Change is good

Jul 21, 2006

Dr. Joyce Shotick, Kettering's new associate provost for Student Affairs, has only been on campus a few weeks but already she has big plans for the Division of Student Affairs at the university.

Jumping in with both feet, Dr. Joyce Shotick, Kettering's new associate provost for Student Affairs, has been keeping so busy meeting with students, staff, faculty, and administration at the university that her new neighbors are beginning to wonder just how many hours she can pack into a day.

"I was raised on a farm," said Shotick of her long work hours, "where you started working when you got up and you stopped working when you went to bed." She also admitted that with husband David and her two grown sons still living in Illinois, she doesn't have them to distract her from getting to know her new student base and delve into the new job.

Shotick replaces Dr. Patrick Deese as the head of Student Affairs at Kettering. Her enthusiasm and dedication to students is infectious, and her energy level rivals that of the 18, 19 and 20 year-olds in her constituency.

"College students are fabulous individuals at an incredible point in their lives," she said, "they are not children any more and they are not quite adults." Her philosophy is to treat college-aged people as adults to help them develop the skills they will need after college.

She said she has already recognized one difference between Kettering students and students from more traditional higher education institutions: "they are on a track to mature so much faster than students at a traditional college or university," she said. A phenomenon she attributes to the cooperative education program at Kettering that places students in professional work environments beginning in their freshman year.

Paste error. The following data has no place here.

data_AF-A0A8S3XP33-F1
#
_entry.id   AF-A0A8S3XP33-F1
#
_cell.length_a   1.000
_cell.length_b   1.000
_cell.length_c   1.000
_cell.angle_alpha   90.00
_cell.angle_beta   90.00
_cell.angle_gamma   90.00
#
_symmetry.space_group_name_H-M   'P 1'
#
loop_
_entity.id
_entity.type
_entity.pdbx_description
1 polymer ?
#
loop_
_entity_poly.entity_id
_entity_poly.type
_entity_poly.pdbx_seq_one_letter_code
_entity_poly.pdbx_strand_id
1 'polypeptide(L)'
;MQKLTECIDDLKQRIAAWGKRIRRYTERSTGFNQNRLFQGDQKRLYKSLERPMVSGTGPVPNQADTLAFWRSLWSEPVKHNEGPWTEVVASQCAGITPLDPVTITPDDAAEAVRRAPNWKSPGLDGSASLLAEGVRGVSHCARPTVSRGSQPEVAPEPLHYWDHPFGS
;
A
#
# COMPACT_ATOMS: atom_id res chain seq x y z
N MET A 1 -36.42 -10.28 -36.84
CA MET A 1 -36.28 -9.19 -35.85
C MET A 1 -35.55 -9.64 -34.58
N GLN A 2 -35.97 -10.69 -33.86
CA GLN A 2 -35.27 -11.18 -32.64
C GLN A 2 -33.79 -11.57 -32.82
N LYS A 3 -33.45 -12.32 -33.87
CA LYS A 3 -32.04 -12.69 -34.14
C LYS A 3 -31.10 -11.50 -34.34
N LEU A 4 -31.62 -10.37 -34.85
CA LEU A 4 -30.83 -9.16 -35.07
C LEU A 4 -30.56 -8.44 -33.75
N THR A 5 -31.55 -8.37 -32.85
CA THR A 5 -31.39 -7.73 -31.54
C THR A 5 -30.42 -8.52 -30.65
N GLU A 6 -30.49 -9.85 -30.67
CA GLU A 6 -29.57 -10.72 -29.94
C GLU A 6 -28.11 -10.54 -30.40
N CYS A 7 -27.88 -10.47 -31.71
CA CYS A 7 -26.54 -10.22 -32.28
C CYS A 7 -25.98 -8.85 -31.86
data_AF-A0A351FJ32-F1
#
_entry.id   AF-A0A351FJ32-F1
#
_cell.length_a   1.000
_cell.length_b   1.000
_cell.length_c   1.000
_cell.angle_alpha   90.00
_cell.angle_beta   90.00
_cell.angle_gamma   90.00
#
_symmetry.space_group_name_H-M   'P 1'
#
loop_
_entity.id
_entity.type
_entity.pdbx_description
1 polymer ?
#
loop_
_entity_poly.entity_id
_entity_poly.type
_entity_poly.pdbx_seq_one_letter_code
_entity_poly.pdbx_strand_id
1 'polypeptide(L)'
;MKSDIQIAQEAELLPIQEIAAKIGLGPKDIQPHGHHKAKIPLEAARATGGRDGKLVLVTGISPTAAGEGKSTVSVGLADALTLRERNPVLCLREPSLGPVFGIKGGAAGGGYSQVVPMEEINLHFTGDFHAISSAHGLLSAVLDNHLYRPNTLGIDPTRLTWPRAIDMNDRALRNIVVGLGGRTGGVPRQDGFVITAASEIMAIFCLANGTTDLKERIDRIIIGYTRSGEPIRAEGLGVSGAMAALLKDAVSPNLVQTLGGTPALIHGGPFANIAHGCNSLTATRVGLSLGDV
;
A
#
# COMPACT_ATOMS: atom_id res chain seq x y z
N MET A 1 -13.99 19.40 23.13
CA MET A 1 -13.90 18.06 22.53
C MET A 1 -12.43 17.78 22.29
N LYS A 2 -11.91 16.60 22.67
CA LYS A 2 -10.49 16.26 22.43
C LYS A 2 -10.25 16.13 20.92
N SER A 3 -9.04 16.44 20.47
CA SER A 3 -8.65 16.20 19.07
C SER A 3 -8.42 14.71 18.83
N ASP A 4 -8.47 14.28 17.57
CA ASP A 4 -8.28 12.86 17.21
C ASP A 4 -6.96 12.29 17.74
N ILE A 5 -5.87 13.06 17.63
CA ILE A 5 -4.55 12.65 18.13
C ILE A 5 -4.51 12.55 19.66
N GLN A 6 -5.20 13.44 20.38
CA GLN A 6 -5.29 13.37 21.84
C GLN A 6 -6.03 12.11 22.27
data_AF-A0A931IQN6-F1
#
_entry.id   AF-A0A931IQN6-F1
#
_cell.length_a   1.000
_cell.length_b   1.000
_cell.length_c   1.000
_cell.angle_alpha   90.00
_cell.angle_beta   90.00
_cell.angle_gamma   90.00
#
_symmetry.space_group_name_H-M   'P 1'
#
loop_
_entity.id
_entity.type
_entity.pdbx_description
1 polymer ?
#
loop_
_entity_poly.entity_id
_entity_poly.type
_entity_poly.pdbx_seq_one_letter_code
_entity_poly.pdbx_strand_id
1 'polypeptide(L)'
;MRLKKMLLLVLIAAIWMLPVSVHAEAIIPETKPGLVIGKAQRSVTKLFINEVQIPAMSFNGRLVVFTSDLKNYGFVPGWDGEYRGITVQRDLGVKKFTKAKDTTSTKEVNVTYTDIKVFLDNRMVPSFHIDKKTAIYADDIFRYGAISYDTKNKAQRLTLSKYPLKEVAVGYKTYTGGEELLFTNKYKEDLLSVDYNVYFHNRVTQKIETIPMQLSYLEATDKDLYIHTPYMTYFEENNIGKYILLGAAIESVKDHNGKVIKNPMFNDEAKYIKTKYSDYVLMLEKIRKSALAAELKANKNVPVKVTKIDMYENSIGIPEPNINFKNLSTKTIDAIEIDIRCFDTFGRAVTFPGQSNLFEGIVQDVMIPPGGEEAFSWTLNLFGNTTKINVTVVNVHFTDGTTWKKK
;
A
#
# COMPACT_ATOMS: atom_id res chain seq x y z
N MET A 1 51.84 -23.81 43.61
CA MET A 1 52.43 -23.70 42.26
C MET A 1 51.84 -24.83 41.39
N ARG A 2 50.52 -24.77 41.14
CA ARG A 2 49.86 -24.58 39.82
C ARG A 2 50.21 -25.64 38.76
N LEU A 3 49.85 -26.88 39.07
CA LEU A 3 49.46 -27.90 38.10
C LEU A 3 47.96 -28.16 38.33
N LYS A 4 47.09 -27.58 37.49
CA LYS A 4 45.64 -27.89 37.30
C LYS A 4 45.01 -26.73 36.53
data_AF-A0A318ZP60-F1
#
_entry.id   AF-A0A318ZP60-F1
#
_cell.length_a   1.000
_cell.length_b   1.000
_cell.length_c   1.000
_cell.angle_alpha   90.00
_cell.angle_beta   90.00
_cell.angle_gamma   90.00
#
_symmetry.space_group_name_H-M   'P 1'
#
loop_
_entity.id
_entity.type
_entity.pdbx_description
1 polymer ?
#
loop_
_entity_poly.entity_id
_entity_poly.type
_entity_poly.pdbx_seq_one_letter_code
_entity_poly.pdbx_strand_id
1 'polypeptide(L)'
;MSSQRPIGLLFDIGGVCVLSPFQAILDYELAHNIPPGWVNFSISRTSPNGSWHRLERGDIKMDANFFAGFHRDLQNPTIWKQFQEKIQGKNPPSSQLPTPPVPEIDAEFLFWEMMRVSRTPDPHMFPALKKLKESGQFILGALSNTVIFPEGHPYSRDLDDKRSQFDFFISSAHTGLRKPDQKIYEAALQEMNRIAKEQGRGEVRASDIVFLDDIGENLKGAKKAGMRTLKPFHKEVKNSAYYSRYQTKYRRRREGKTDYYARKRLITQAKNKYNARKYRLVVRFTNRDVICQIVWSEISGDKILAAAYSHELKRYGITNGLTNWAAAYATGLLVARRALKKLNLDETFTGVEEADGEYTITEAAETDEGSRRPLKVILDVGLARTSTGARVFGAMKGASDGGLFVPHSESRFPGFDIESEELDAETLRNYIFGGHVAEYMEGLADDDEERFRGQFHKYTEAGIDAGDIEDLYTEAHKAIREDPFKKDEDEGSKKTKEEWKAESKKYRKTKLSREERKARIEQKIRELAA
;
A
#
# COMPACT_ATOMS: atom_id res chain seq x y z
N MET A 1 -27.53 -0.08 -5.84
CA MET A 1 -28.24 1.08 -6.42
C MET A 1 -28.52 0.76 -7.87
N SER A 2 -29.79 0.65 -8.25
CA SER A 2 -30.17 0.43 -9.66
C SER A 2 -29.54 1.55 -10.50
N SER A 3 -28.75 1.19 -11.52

Her plans for enriching student life at Kettering include change, change and some more change. "Change is going to be hard at this institution," she admitted, "but it is so true that the one constant in life is change. Organizations can refuse to change and go out of business, or embrace change, address the needs dictated by the marketplace and succeed," she said.

"There is so much potential for Kettering in the educational marketplace because of its academic rigor," she said, "and we can enhance that through programming in Student Affairs. To accomplish the necessary changes there will have to be a lot of trust in faculty and the administration to do the right things," she added. Shotick has ambitious plans for Kettering.

Looking into the future to a planned break in the hard work, Shotick is planning the annual family ski trip between Christmas and New Years. Shotick said she would like to have her husband David, an accountant for Caterpillar Inc., and sons Matthew, 22, a graduate of Milliken University with a degree in music, and Mark, 21, a radio and television communications major at Drake University, come to Michigan for this year's ski trip. "I've heard there is good skiing in northern Michigan," she said. As a water-sport enthusiast, Shotick will probably adjust well to being transplanted in the Great Lakes State.

Written by Dawn Hibbard